It’s not too tricky to do a fresh system install, but first you need to understand the consequences of it. Although it may sound obvious to some, this process will wipe all of your data, unless you stored them on a separate drive or partition from your operating system. Your documents, music, installed programs, and more will be gone, unless you create a backup of them. You can use Windows Easy Transfer (our moving data guide) for some of that data or you can use a dedicated backup program.
To begin your fresh system install you’ll need a copy of the operating system on bootable media (like a CD or USB drive) and your product key. If you’ve got a copy of the operating system on disc from Microsoft, that’s excellent. If not, you’ll need to create the bootable media yourself by using an ISO file. Handily, we have an excellent and in-depth guide on how to make bootable media using ISO.
You’ll then need to run this bootable media, which can be done just by putting the disc or USB drive in and rebooting. If this doesn’t work automatically, reboot and look out for which key you need to press to access your BIOS; once there, change the boot order to have the disc/USB be first.
The install wizard will guide you through the necessary steps, but make sure you select to wipe the hard drive and completely install from scratch. Once done, you’ll then be sent to your new desktop, after which you should head to Windows Update and get all of the important updates (including your drivers). When that’s all good, you can go ahead and restore the data you backed up earlier.
Signature Edition Computers
If you’re looking to buy a new computer that doesn’t come with all the manufacturer excess then, short of building your own, you might want to consider checking out the Signature Edition Computers from the Microsoft Store. There are no promotional pre-loads, no bloatware – just the operating system.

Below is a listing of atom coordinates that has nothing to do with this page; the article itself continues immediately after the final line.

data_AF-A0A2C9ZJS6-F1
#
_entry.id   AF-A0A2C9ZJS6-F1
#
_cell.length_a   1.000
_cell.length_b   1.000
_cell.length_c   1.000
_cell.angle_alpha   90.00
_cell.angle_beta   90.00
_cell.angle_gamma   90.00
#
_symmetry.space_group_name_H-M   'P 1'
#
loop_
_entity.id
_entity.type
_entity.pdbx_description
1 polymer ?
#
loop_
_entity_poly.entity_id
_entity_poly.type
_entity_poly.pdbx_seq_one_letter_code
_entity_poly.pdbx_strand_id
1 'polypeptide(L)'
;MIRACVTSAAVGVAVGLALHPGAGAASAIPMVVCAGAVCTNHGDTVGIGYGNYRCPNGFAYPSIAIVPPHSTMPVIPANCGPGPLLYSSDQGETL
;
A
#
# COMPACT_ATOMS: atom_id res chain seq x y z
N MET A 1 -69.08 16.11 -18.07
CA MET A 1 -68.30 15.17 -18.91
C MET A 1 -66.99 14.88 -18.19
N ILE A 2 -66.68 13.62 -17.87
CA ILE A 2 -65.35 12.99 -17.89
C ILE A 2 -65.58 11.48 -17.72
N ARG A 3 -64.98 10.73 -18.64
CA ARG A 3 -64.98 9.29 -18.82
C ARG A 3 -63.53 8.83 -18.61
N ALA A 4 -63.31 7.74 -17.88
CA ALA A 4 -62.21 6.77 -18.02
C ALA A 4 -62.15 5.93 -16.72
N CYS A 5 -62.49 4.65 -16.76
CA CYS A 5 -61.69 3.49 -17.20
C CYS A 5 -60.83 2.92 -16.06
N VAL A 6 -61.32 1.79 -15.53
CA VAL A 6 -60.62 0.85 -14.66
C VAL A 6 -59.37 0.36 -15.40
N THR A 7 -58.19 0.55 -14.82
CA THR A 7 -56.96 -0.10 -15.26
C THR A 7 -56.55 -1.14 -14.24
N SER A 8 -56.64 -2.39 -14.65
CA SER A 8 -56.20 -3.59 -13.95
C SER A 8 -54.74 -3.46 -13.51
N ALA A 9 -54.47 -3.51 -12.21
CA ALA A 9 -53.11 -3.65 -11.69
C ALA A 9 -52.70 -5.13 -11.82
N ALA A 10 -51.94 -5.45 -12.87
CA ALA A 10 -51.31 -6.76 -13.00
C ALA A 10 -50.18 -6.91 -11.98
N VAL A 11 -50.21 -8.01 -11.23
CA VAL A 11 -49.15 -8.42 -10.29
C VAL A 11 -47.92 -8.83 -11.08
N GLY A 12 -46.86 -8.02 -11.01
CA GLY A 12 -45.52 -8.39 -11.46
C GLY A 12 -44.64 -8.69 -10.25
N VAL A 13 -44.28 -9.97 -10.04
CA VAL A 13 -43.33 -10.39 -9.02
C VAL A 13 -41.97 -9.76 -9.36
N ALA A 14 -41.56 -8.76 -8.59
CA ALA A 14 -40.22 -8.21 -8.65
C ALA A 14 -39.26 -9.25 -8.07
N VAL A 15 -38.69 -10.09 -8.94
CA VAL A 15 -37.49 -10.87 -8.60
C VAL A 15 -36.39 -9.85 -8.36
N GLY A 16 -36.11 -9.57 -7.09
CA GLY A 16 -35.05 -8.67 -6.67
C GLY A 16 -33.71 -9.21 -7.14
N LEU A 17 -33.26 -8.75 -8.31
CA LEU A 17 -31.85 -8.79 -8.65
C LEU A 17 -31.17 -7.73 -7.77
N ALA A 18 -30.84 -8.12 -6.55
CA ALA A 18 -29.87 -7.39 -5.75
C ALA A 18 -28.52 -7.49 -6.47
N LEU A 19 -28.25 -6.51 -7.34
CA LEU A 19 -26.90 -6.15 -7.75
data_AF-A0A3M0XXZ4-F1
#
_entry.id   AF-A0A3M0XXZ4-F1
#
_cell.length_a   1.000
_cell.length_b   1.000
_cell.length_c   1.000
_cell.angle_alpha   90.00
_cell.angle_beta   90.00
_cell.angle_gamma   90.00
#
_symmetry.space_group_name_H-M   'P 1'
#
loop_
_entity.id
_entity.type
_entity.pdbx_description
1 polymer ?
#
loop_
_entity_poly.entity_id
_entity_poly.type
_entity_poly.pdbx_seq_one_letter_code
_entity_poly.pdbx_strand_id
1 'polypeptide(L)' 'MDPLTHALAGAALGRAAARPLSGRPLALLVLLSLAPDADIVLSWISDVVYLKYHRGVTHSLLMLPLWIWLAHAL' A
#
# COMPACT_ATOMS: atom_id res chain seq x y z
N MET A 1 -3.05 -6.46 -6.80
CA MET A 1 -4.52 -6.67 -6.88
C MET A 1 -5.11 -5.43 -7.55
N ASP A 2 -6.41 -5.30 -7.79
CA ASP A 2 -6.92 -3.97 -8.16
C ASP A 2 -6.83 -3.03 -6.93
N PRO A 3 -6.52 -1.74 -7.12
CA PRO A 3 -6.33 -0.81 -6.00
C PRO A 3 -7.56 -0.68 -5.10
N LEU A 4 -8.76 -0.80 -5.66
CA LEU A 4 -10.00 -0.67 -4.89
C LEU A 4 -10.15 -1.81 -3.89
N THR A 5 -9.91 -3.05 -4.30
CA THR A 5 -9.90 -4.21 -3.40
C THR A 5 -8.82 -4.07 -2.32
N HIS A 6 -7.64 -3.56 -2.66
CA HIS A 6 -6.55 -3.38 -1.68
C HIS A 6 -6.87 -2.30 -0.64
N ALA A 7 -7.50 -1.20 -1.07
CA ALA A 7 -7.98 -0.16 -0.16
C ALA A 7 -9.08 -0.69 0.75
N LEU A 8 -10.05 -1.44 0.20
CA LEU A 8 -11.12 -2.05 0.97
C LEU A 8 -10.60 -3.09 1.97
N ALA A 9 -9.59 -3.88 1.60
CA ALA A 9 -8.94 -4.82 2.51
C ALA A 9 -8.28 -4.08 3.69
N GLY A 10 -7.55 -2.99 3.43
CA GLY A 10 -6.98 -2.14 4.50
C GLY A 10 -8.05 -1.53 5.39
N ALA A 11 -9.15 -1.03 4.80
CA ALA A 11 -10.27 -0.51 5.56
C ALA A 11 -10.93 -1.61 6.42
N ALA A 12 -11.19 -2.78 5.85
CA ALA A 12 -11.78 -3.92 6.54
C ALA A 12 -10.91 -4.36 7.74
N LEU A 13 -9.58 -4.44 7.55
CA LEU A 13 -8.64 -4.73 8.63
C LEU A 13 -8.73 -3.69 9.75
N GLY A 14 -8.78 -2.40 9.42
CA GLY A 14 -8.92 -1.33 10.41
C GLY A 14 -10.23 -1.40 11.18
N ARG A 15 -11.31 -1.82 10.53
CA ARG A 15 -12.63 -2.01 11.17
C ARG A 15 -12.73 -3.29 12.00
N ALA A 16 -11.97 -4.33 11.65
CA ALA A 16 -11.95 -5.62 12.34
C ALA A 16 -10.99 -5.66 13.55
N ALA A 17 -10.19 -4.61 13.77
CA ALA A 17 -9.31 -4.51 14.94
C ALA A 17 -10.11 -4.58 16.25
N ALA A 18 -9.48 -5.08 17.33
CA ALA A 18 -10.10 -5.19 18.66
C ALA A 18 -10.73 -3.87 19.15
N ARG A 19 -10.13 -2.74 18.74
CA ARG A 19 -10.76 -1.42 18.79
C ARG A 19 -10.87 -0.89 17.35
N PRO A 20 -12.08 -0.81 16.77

These are computers that come in a whole range of configurations from different manufacturers. Don’t pay much attention to the marketing babble about them being the “fastest around”. They’re only quick because solely the operating system is installed, not due to any additional bonuses or hardware differences.
However, if you’re comfortable with installing fresh yourself, you might find that it’s a better deal to buy a standard system and then just do a fresh install on that. Be sure to compare prices of standard against Signature Edition before making a purchase.
Keep it Fresh
Now you know: always keep your system fresh by installing from the operating system, not reverting back to factory settings. You don’t need trial software, pointless manufacturer suites and unsightly customizations weighing down your brand new system. And should you ever find that you need a tool offered by the manufacturer, for example to use a special hardware key, know that you can download it from their website.
Note that your recovery partition still contains a factory settings setup, so should you refresh or reset your computer, the bloatware will be back. Going back to a restore point, however, is safe as it will not draw on your recovery partition. To be save, you can wipe the original recovery partition and restore it using your freshly installed system.
Have you ever suffered at the hands of a manufacturer install? Did you wipe it all and start afresh with the operating system?
Image Credits: Black laptop via Shutterstock